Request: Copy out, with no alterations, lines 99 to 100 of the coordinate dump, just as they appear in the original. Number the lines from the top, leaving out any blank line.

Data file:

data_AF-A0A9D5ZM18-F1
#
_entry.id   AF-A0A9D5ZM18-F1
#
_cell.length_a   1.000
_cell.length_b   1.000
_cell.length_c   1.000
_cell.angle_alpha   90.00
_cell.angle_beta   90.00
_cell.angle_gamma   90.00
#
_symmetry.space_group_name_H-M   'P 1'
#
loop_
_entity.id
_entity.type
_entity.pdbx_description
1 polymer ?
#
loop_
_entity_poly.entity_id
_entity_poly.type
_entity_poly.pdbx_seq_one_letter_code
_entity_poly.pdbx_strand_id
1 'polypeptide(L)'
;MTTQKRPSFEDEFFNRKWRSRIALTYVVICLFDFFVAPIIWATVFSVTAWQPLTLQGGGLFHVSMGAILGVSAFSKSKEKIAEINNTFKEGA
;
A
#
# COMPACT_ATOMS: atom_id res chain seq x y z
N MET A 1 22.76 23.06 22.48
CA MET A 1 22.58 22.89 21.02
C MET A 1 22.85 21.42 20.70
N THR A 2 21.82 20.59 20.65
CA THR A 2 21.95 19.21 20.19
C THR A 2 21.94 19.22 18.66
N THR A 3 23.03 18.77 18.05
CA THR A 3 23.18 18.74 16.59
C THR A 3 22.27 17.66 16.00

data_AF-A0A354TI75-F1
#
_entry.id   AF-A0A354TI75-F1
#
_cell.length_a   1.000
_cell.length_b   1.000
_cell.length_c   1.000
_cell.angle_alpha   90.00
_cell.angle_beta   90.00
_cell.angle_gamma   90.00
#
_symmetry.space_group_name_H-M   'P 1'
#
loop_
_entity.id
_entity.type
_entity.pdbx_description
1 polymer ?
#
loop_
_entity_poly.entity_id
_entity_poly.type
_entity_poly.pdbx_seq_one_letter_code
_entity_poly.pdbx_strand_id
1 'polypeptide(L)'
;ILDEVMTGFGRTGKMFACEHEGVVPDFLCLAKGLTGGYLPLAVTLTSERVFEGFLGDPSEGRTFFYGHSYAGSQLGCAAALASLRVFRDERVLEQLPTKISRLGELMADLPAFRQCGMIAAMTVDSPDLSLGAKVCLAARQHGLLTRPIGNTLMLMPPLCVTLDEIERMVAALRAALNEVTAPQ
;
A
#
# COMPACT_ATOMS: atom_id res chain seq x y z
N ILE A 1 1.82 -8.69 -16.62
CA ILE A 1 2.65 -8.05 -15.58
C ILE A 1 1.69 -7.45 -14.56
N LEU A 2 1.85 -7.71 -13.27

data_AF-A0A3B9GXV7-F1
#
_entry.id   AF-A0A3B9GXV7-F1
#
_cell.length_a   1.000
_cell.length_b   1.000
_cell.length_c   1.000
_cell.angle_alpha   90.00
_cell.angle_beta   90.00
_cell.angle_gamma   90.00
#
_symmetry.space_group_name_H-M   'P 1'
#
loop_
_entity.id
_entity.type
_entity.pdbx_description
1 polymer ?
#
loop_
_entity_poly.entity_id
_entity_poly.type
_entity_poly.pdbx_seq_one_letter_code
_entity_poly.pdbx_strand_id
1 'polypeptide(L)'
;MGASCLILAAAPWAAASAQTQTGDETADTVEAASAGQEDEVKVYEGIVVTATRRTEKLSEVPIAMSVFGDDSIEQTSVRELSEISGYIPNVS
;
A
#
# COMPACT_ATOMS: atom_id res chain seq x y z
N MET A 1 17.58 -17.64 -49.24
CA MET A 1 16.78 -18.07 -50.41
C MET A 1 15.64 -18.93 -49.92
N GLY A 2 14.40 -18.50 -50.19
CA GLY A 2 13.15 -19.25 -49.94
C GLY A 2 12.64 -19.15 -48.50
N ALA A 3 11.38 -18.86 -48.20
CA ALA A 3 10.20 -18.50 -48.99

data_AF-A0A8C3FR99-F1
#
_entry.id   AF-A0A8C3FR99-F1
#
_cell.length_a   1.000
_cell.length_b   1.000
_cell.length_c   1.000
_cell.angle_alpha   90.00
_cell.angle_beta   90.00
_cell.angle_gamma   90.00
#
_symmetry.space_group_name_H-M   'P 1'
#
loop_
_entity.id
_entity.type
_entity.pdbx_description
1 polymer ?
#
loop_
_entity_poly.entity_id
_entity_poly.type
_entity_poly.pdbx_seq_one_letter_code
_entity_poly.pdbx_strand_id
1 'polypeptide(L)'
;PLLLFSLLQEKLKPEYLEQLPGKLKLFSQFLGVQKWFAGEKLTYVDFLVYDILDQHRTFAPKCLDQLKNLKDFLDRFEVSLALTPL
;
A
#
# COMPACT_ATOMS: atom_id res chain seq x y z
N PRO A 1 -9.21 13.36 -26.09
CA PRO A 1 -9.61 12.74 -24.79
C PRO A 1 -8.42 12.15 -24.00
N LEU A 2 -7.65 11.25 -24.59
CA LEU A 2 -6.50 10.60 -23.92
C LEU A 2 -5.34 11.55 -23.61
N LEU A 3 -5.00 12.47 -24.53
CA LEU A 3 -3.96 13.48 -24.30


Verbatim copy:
;MGASCLILAAAPWAAASAQTQTGDETADTVEAASAGQEDEVKVYEGIVVTATRRTEKLSEVPIAMSVFGDDSIEQTSVRELSEISGYIPNVS
;